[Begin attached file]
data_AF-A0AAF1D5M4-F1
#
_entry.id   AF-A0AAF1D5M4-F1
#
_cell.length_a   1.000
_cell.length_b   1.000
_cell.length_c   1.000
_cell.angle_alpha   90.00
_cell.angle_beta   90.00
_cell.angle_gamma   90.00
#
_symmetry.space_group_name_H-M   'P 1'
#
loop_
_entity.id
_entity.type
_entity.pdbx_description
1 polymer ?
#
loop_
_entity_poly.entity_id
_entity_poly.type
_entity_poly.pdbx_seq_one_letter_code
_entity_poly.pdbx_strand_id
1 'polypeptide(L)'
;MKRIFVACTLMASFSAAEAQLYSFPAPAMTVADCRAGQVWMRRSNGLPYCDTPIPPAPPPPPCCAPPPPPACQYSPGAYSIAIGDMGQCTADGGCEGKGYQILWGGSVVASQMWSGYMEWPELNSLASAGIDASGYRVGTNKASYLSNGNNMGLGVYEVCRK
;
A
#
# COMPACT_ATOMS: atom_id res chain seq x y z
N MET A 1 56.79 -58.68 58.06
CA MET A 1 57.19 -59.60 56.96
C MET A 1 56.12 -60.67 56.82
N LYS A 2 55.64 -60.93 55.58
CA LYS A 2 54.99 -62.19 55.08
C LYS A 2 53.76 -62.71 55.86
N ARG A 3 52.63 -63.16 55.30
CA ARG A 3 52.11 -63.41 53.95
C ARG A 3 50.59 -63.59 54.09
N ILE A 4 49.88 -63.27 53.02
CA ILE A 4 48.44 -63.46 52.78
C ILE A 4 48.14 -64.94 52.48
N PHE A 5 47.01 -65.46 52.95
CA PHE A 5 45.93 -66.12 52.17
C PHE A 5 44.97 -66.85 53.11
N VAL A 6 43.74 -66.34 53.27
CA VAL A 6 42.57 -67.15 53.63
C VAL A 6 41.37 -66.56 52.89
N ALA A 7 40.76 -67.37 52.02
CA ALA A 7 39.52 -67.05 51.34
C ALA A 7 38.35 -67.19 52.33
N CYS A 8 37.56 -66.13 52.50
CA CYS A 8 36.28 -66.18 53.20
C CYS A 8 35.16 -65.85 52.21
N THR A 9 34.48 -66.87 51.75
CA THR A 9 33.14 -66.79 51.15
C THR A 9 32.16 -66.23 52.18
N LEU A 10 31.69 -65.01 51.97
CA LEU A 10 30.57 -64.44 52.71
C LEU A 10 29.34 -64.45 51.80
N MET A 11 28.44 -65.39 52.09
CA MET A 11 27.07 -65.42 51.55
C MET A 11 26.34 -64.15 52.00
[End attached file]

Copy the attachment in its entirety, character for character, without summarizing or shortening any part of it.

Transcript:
data_AF-A0AAF1D5M4-F1
#
_entry.id   AF-A0AAF1D5M4-F1
#
_cell.length_a   1.000
_cell.length_b   1.000
_cell.length_c   1.000
_cell.angle_alpha   90.00
_cell.angle_beta   90.00
_cell.angle_gamma   90.00
#
_symmetry.space_group_name_H-M   'P 1'
#
loop_
_entity.id
_entity.type
_entity.pdbx_description
1 polymer ?
#
loop_
_entity_poly.entity_id
_entity_poly.type
_entity_poly.pdbx_seq_one_letter_code
_entity_poly.pdbx_strand_id
1 'polypeptide(L)'
;MKRIFVACTLMASFSAAEAQLYSFPAPAMTVADCRAGQVWMRRSNGLPYCDTPIPPAPPPPPCCAPPPPPACQYSPGAYSIAIGDMGQCTADGGCEGKGYQILWGGSVVASQMWSGYMEWPELNSLASAGIDASGYRVGTNKASYLSNGNNMGLGVYEVCRK
;
A
#
# COMPACT_ATOMS: atom_id res chain seq x y z
N MET A 1 56.79 -58.68 58.06
CA MET A 1 57.19 -59.60 56.96
C MET A 1 56.12 -60.67 56.82
N LYS A 2 55.64 -60.93 55.58
CA LYS A 2 54.99 -62.19 55.08
C LYS A 2 53.76 -62.71 55.86
N ARG A 3 52.63 -63.16 55.30
CA ARG A 3 52.11 -63.41 53.95
C ARG A 3 50.59 -63.59 54.09
N ILE A 4 49.88 -63.27 53.02
CA ILE A 4 48.44 -63.46 52.78
C ILE A 4 48.14 -64.94 52.48
N PHE A 5 47.01 -65.46 52.95
CA PHE A 5 45.93 -66.12 52.17
C PHE A 5 44.97 -66.85 53.11
N VAL A 6 43.74 -66.34 53.27
CA VAL A 6 42.57 -67.15 53.63
C VAL A 6 41.37 -66.56 52.89
N ALA A 7 40.76 -67.37 52.02
CA ALA A 7 39.52 -67.05 51.34
C ALA A 7 38.35 -67.19 52.33
N CYS A 8 37.56 -66.13 52.50
CA CYS A 8 36.28 -66.18 53.20
C CYS A 8 35.16 -65.85 52.21
N THR A 9 34.48 -66.87 51.75
CA THR A 9 33.14 -66.79 51.15
C THR A 9 32.16 -66.23 52.18
N LEU A 10 31.69 -65.01 51.97
CA LEU A 10 30.57 -64.44 52.71
C LEU A 10 29.34 -64.45 51.80
N MET A 11 28.44 -65.39 52.09
CA MET A 11 27.07 -65.42 51.55
C MET A 11 26.34 -64.15 52.00